GEORGE TOWN: The gradual arrival of over 300,000 unskilled foreign workers will help ease the desperate labour shortage faced by local businesses since borders were closed to fight the Covid-19 pandemic.
Federation of Malaysian Manufacturers Penang chairman Datuk Lee Teong Li said although the issue has not been completely resolved, the Human Resources Ministry had given the approval.
“The ministry approved 383,000 foreign worker quota nationwide and of the number, 300,000 of their levies had been paid,” he added.
According to the Small and Medium Enterprises Association (Samenta), these workers will start arriving by the end of the month and nearly all of them are meant for the manufacturing sector.
Samenta southern chairman Dr Louis Ooi said SMI manufacturers had been waiting for this much-needed labour force.
“The security vetting was completed much earlier without much fuss while the whole process would need about two months before the workers are allowed to fly over.
“Our members received the approvals from the relevant agencies after they paid the agents RM1,500 per head and a levy of RM1,800 each.
“Most members will receive the number of foreign workers as requested, and they will be here starting from the end of this month,” he said.
In the meantime, Samenta secretary-general Yeoh Seng Hooi said member companies have continued their recruitment of local workers, even though prospects are dim.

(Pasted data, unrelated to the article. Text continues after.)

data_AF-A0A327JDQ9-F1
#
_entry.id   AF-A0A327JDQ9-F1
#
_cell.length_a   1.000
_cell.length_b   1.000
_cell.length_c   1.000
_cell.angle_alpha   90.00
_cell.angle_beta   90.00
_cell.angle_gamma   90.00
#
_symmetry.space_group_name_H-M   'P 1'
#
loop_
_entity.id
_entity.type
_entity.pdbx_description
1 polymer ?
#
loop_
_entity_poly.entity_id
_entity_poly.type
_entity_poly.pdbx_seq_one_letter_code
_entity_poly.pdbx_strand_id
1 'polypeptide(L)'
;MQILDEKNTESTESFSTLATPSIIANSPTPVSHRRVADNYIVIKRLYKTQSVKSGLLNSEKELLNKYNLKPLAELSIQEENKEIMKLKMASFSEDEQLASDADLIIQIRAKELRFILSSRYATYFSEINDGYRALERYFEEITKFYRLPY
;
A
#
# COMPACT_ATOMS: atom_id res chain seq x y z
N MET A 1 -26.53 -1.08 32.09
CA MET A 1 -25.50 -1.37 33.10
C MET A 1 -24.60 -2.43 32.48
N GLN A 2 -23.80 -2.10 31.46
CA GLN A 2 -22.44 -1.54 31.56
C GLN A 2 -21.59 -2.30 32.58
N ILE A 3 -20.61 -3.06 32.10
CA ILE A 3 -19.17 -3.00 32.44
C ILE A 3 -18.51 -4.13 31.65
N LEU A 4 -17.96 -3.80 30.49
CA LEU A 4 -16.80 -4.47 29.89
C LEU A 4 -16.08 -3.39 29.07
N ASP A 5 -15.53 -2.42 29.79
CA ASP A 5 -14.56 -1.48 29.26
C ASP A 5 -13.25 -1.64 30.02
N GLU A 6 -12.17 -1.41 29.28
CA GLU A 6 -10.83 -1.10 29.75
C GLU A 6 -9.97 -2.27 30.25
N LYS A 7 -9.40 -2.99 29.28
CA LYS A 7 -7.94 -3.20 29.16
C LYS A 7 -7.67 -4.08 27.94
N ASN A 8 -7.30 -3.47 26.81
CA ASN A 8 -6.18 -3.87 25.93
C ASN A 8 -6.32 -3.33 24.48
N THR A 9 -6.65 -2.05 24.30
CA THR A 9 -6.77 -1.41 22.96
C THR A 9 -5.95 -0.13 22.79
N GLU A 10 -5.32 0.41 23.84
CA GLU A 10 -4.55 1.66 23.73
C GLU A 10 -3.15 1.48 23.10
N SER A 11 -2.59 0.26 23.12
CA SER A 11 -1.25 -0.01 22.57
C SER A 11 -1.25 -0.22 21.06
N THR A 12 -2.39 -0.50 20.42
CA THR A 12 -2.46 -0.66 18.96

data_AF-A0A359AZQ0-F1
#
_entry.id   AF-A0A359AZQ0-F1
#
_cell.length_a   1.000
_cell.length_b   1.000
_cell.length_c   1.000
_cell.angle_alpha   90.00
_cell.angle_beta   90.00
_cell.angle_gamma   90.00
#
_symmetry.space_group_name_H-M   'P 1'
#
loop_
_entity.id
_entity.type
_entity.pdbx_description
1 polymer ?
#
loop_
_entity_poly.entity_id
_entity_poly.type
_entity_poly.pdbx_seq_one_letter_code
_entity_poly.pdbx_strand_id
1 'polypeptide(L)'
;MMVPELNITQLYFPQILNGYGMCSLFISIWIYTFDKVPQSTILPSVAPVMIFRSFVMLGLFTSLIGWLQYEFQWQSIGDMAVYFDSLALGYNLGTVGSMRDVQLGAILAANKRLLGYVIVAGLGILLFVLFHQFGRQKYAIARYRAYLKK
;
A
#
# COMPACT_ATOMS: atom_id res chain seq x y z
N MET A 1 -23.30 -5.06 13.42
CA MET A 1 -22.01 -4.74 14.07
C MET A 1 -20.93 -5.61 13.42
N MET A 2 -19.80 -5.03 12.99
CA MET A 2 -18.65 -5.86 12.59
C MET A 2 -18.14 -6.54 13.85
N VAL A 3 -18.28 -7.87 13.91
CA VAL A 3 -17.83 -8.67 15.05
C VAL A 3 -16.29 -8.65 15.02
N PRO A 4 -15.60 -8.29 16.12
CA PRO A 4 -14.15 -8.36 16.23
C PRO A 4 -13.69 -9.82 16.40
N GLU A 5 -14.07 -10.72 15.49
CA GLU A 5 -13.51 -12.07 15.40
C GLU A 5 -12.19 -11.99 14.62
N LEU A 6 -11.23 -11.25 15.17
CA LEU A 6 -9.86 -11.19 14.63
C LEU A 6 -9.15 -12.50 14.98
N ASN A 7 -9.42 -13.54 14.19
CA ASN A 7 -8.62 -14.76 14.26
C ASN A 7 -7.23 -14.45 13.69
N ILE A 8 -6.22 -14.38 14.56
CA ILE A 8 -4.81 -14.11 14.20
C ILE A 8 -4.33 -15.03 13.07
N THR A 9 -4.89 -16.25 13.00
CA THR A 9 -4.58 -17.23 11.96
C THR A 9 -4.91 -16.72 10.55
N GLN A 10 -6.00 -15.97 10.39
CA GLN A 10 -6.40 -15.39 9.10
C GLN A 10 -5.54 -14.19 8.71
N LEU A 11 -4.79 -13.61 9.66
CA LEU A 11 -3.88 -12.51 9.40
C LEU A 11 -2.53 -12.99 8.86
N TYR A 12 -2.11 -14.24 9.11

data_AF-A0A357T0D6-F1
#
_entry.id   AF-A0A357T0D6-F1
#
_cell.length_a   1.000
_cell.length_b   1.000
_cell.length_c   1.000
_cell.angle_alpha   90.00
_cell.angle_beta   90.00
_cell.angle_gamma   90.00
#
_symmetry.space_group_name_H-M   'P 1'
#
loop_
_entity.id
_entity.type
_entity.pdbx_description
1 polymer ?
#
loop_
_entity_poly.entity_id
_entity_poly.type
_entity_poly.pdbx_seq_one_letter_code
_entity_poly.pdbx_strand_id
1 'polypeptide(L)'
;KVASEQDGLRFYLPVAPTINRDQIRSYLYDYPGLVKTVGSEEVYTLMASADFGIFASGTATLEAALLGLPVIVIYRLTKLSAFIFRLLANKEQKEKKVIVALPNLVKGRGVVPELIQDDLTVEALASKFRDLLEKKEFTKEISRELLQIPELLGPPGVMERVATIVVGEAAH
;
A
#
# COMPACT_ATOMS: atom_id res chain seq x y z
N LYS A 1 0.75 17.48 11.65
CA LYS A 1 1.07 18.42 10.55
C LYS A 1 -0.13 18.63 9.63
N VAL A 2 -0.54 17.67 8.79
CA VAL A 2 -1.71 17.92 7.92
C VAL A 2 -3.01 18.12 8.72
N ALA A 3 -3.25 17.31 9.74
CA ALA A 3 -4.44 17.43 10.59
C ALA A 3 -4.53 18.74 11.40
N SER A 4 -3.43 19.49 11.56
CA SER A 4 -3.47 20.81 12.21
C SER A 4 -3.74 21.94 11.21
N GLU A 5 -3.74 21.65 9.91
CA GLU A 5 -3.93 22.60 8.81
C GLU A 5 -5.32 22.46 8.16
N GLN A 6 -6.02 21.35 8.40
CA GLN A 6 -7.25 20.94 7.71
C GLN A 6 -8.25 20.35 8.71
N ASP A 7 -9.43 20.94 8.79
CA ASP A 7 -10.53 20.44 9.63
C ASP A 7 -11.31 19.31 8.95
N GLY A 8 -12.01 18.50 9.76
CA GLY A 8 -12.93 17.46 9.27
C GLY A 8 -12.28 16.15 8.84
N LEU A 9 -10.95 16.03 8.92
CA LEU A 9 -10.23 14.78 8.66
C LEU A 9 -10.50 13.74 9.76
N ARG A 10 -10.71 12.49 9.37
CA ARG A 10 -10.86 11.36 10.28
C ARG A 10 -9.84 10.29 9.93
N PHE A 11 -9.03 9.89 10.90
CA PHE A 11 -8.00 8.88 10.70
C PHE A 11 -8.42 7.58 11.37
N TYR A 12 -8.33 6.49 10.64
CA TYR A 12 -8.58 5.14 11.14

“Locals are reluctant to take up the job offers.
“SMEs have been trying to hire locals but face difficulty in doing so, especially in sectors such as food and beverage, production and retail.
“The vacancies are there but locals appear to be more interested in the gig economy or becoming resellers in the e-commerce space,” he said.
Nearly all sectors in Malaysia suffered serious worker shortages since 2020 when the pandemic hit.
Previous foreign workers returned to their home countries after their contracts ended to be with their families during the pandemic, and the closure of borders prevented new intakes.
It was reported that factories could not fill orders because of the worker shortages while hotel managers and back-office executives in finance and administration, for example, had to perform housekeeping tasks.
On Aug 29, Human Resources Minister Datuk Seri M. Saravanan said about 47,000 foreign workers had entered Malaysia to fill in the gaps in the labour force.
He said a further intake of 390,000 workers were approved.